For reporting and management purposes, the implementation of this project is divided in 3 stages,  corresponding to the three years of research 2022-2024, the largest of which is the intermediate one in 2023.


The 5 objectives of the Future on the Past Project range from improvement of resilience to disasters, to developing a database on sustainable retrofit models and investigation of the applicability of four retrofit measures 


Activities start in 2022 - literature research, field documentation, continue in 2023 -outreach, dissemination, ontology study, maps, database creation and conclude in 2024 - working with the database, annotations, retrofit methods

STAGE 1 (2022)

Objective 1

Improvement of resilience to disasters, including climate change, by improving the understanding of the impact of the measures taken; by developing methods adequate for the geographical setting in which buildings of international currents, such as Art Nouveau and modernist buildings, might have adopted a similar architectural approach, thus disregarding their own context or needs.

Activity 1.1

Launch of the project and build and launch of the project site as milestones.

Activity 1.2

Eu Documentation: Literature research on existing digital humanities databases in the field of natural hazards.

Activity 1.3

Field documentation.

Activity 1.4

Documentation: infrastructure access (archives to investigate building plans when possible internationally)

STAGE 2 (2023)

Objective 1 (continuation)

Improvement of resilience to disasters, including climate change, by promoting 4 different retrofit measures for each type of disaster (earthquake, flood, fire) suitable for their respective geographical area.

Activity 2.1

Further Documentation + Outreach + Dissemination. Development of checklists for the systematization of knowledge.

Objective 3

To develop a database on sustainable retrofit models which can be differently implemented in 23 countries/50 cities in Europe: AT (Vienna), BE (Antwerp/Brussels), BG (Baltchik), HR (Zagreb), CZ (Brno/Prague), DK (Copenhagen), EE (Tallinn), FIN (Helsinki), FR (Paris), DE (Berlin/Darmstadt/Dessau/Hamburg/ Karlsruhe/Postdam), GR (Athens), HU (Budapest), IR (Dublin), IT (Cernobbio/ Como/Genova/Milan/Naples/Rome/San Pellegrino Terme/Stresa), LV (Riga), NL (Amsterdam/Utrecht), PL(Warsaw/ Wroclaw), PT (Faro/Lisbon/Porto), RO (Bucharest/ Cluj-Napoca/Corbeni/Oradea/Sf.Gheorghe/Sinaia/Suceava/Tg.Mureș), SI (Ljubljana), ES (Barcelona/Madrid/Sevilla), SE (Stockholm), UK (London).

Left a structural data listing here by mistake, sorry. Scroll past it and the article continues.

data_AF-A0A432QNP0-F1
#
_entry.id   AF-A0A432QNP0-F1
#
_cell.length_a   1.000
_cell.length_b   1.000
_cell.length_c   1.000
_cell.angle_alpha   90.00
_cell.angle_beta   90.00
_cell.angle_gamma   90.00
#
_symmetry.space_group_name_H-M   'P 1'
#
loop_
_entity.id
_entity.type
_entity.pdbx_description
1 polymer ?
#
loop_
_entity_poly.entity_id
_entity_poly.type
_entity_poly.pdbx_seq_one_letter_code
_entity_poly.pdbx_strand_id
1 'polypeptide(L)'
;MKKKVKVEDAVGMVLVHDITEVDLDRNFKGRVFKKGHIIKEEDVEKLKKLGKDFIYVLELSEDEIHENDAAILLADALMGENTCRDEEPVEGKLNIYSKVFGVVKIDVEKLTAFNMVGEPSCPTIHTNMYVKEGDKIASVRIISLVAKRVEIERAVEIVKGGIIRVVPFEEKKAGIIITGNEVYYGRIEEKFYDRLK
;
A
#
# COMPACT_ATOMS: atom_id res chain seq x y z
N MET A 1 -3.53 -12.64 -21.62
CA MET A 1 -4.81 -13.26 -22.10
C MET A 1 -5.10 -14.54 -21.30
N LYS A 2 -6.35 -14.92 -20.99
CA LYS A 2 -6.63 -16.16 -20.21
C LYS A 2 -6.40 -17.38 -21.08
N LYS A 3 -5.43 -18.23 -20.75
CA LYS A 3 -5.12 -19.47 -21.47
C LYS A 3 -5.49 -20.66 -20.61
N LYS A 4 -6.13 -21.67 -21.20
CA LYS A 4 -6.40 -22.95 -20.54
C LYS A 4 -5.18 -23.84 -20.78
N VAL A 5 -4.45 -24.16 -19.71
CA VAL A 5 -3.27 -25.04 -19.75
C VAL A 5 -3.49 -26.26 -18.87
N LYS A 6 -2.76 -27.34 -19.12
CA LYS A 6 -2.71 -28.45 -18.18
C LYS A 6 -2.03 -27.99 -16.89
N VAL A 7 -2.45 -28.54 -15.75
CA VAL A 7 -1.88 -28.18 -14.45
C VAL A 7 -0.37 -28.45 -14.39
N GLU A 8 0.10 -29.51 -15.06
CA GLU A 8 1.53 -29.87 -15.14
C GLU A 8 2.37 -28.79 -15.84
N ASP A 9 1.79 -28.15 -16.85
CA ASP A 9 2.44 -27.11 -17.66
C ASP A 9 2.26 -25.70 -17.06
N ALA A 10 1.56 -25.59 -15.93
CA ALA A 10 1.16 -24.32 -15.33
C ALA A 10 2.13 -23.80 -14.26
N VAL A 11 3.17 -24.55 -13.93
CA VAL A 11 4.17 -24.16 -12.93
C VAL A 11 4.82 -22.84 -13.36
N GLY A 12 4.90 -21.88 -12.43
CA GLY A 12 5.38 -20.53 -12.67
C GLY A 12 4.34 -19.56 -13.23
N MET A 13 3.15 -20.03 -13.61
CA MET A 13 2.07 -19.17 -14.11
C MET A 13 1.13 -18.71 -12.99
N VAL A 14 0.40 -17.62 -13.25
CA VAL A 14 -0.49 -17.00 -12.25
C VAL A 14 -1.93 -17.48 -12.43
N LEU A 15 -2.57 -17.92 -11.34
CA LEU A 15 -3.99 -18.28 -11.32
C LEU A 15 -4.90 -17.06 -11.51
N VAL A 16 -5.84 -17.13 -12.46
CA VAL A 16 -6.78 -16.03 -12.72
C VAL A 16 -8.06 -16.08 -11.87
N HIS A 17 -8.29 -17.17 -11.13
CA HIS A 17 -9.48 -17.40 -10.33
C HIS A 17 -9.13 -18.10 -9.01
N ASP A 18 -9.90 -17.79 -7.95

Objective 4

Objective 4. To develop a prototype (incl. ontology, taxonomy) for a database regarding the early 20th century buildings (Art Nouveau and Modernism) across Europe, by incorporating photographic collections accumulated by the PI in over 20 years of research. This will be an instrument of comparison of the differences between the variations of these international styles, in the above-mentioned locations. The database will be suitable for digital humanities analysis methods as well, such as mapping and image annotation.

Activity 2.2

Connection between the humanities view and the technical view: how the philosophy translates in form in case of architecture. The Image annotation used for investigation of the architecture of the buildings: creation of a typical spatial model of the buildings of the time in various European locations. 

The buildings are subdivided into macro-elements according to the method of Lagomarsino and Giovinazzi (2006) to determine possible collapse mechanisms in earthquakes. Podestà and Romano (2014) continued my work which was previous done in the CA’REDIVIVUS project through their work on a doctorate by employing this method to the heritage subject of their paper. In early years vulnerability of buildings was assessed in Romania according to a score related to certain features. 

The spatial model can be translated in a simplified 3D model for digital representation (on the map) and annotation (ex. for Modernist buildings in Bucharest Marcel Iancu and his formal alphabet, see Ioan, 2012). Architecture photography used in this project is at most 30 years old and are not the historical type. For ancient collection items on slides support a scanner will be necessary. Image annotation and maps can be used in a combined way by using timelines (tools: ImagePlot, Netline, Palladio).

Activity 2.4

Defining the mapping structure for the database definition. Investigation of the maps developed by Nolli (18th century), Lynch (1960), psychogeography (Debord, 1955), Caniggia (1963) and Muratori (1960, 1963) (Cataldi, 2002) will be as prerequisite for maps to be developed in the project with digital means (zoom from landmarks to general plan of common buildings possible in different levels of detail).